Numerous astronauts expressed their condolences on the loss of the space flight legend. When notified about Young’s passing, two-time shuttle veteran Leland Melvin stated, “I will never forget when Capt. Young and Charlie Camarda flew a T-38 to NASA Langley and listened to me talk about NDE and Optical Sensors. When he woke up he said I did a great job and that I should apply to the Astronaut Corps. From that day on, I witnessed his tireless and selfless efforts to advance our civilization. After my interview, he told me that if we stop exploring we will falter as a civilization. I just want to thank him for his example, passion, wit and humility. May he rest in peace and we shall all honor his rich storied legacy. Godspeed John Young.”
After his first flight into space, Young would again ride a Gemini capsule to low-Earth orbit as the Command Pilot of the Gemini 10 mission in July of 1966.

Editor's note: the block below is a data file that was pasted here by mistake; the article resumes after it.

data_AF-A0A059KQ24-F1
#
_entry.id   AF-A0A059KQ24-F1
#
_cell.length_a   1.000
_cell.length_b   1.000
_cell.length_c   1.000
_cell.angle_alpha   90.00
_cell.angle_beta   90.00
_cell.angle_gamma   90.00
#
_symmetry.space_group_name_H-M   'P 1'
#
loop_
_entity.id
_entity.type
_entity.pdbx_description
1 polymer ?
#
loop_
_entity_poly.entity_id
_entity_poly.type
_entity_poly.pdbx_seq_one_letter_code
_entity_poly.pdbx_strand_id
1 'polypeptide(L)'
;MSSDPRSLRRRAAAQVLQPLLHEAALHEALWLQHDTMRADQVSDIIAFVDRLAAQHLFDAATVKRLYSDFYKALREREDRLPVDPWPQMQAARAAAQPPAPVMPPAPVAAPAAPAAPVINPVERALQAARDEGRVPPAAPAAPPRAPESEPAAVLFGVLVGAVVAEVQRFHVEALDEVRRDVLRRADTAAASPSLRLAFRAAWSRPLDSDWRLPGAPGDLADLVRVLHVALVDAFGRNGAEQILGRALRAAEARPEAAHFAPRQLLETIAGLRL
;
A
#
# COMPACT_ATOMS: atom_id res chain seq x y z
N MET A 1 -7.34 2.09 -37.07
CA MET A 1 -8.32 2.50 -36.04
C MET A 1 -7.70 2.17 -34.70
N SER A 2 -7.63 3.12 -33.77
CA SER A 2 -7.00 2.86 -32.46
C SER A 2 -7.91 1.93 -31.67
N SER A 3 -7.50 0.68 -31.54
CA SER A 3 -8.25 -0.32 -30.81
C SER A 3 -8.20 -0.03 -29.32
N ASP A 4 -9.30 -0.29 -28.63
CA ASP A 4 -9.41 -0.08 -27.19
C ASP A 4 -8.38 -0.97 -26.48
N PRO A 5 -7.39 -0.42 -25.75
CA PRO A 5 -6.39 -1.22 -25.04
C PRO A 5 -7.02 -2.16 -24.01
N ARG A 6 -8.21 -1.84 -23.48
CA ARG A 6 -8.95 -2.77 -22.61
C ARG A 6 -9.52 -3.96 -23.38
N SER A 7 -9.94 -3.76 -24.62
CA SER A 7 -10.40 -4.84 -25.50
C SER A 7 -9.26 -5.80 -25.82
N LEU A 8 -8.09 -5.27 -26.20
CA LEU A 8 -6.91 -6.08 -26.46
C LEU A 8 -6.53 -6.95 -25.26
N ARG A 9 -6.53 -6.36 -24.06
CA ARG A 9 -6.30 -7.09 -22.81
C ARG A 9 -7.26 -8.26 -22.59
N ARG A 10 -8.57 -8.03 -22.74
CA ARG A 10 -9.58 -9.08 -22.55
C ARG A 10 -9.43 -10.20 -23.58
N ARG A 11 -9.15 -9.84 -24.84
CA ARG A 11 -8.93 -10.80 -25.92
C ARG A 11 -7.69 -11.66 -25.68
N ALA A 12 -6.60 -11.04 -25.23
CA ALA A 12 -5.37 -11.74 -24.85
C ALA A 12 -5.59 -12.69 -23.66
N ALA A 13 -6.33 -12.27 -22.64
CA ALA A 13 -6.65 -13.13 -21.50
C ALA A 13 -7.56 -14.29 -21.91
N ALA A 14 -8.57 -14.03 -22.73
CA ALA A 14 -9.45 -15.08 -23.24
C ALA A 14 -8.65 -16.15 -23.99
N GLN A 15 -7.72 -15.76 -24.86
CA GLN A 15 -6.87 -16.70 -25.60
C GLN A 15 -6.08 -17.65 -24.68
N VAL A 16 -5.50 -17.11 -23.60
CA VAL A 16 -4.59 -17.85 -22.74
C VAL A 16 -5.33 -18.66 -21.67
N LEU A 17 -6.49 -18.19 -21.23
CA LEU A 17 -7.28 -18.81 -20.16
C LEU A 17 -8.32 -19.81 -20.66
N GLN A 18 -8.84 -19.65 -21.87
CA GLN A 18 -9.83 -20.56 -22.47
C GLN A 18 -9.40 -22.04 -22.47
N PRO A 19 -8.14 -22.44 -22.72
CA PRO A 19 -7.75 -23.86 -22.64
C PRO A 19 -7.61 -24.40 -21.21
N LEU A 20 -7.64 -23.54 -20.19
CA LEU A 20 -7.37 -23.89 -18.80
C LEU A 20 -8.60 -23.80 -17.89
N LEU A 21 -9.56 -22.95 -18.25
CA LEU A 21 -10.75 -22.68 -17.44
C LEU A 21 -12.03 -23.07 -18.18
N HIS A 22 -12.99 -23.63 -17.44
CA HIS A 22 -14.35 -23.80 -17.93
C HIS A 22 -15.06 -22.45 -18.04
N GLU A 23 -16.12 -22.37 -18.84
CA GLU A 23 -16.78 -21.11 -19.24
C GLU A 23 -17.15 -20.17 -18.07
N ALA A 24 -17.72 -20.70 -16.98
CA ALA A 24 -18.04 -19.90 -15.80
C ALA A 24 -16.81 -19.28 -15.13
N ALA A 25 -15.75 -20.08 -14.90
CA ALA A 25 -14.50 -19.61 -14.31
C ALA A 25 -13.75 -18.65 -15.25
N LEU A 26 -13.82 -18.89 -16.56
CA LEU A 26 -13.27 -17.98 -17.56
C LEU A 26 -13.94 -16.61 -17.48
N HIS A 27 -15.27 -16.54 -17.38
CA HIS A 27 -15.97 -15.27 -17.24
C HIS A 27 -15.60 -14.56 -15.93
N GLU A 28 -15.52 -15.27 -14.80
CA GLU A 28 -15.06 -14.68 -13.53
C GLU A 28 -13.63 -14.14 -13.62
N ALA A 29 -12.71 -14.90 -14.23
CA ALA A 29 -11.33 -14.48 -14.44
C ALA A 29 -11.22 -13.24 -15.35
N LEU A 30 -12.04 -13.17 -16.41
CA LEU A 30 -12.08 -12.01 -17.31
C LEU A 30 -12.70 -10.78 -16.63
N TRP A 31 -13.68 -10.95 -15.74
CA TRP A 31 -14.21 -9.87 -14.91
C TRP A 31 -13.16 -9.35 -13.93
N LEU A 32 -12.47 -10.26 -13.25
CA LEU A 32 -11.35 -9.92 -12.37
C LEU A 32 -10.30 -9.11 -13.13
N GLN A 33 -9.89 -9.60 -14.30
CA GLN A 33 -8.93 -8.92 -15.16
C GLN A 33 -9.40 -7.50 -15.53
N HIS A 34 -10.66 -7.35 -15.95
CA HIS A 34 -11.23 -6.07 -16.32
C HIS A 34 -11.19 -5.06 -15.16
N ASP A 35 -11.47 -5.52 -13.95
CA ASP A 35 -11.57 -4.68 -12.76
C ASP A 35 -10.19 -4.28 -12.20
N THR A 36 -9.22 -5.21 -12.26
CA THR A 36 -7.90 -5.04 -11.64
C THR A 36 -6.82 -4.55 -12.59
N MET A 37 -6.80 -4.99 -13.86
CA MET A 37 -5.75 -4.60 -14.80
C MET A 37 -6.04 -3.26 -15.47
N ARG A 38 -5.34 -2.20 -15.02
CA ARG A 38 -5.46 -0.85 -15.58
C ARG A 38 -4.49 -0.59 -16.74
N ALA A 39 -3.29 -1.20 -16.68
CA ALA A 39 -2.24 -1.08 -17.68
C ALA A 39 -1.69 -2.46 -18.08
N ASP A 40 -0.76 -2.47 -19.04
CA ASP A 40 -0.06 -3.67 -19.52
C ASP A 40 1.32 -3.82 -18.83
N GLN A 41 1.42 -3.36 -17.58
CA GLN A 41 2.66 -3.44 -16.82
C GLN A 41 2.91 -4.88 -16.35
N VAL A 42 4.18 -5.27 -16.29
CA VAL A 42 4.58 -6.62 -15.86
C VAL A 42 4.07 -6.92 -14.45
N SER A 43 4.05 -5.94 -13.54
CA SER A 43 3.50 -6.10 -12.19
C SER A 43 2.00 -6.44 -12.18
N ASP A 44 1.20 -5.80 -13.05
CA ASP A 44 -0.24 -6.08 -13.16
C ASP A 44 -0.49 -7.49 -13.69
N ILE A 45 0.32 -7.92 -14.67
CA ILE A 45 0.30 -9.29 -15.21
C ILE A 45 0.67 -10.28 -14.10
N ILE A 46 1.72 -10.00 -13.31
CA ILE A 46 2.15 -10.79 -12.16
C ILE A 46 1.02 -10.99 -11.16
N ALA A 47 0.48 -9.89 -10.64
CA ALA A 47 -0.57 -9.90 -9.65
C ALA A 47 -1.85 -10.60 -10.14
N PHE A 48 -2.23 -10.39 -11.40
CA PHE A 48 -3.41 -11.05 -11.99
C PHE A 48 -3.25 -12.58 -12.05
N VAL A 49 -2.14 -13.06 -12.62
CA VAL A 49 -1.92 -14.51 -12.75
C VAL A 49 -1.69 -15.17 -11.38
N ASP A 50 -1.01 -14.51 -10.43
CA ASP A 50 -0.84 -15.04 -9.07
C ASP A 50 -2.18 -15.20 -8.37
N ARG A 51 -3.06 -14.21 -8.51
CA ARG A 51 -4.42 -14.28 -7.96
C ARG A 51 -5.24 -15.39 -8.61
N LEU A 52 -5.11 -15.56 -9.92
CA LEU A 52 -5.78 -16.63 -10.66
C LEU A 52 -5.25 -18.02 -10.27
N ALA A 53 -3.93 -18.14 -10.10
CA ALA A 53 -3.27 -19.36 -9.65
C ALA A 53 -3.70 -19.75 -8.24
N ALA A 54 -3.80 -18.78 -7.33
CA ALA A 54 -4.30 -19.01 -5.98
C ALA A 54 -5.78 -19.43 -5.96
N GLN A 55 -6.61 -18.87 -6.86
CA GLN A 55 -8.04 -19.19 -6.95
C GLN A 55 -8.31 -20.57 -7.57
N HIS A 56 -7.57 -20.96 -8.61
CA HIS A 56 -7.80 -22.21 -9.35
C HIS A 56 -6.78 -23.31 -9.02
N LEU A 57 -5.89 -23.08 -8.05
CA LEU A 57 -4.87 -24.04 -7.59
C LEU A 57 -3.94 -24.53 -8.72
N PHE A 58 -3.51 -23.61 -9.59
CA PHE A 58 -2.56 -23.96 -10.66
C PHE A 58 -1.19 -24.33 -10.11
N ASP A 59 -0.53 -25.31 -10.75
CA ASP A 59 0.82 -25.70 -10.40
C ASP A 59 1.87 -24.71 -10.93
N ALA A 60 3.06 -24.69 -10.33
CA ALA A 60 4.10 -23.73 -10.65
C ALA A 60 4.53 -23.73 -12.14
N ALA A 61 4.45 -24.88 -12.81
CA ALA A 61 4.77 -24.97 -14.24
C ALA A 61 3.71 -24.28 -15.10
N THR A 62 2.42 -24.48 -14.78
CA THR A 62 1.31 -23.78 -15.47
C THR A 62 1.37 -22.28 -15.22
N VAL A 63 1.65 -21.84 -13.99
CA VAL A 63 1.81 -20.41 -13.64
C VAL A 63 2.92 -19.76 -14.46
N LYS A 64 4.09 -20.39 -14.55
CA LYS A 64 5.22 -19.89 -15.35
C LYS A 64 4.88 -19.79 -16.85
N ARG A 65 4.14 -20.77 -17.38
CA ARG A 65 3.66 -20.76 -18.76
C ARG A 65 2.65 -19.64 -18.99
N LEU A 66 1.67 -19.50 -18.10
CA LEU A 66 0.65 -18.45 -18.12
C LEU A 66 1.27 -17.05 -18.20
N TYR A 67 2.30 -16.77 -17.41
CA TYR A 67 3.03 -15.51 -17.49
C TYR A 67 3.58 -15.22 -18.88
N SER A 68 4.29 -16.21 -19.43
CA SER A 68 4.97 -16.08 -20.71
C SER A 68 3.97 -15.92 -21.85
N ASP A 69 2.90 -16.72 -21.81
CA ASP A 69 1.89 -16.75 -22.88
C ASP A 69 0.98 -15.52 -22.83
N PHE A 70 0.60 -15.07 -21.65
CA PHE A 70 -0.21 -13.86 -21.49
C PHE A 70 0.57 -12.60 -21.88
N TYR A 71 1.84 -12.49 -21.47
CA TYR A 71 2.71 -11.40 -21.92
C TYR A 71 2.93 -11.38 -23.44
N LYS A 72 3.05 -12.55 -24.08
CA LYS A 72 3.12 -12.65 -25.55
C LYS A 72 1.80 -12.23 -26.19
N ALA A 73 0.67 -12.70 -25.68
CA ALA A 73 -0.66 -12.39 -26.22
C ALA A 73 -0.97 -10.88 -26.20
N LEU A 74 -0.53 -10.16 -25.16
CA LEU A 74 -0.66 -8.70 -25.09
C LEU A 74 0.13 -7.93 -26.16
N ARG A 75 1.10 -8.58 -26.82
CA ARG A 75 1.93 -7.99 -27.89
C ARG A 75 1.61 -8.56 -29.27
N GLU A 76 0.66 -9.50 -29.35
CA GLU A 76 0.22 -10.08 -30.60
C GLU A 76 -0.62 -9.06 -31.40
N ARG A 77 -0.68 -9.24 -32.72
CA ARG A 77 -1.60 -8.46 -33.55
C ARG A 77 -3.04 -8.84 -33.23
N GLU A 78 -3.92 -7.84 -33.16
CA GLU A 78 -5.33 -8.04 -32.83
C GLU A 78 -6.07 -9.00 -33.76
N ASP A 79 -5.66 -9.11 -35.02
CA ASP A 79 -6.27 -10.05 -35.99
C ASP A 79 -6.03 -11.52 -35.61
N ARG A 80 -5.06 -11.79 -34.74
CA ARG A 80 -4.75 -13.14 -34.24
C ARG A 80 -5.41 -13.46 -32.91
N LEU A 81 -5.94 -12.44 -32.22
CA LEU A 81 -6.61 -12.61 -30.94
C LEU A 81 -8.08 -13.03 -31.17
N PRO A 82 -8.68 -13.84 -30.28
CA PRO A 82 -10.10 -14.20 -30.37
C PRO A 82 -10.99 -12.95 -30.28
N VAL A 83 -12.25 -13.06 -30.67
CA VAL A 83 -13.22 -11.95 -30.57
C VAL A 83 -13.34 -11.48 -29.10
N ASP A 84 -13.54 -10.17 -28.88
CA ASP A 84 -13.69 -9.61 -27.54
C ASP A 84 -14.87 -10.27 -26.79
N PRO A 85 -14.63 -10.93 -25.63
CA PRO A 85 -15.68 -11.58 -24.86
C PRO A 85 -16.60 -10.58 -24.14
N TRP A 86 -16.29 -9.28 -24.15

While the nearly three days he spent on orbit on this mission helped increase Young’s experience, his next mission would help pave the way for one of humanity’s greatest accomplishments – our species first steps on another world.
On Apollo 10, Young served as the Command Module Pilot for the “dress rehearsal” for the first lunar landing, which would take place on Apollo 11 in July of 1969.
Apollo 10 launched on May 18, 1969 and saw the trio of Young, the mission’s Commander Thomas P. Stafford and Lunar Module Pilot Eugene A. Cernan make its closest approach to the Moon on May 22, 1969. After Stafford and Cernan demonstrated every aspect of a lunar landing mission (except an actual landing) they rejoined Young in the Command Module and traveled back to Earth, splashing down in the Pacific Ocean on May 26, 1969. Two months later and the crew of Apollo 11 would follow the crew of Apollo 10 – but complete the journey with a landing on the Moon’s Sea of Tranquility.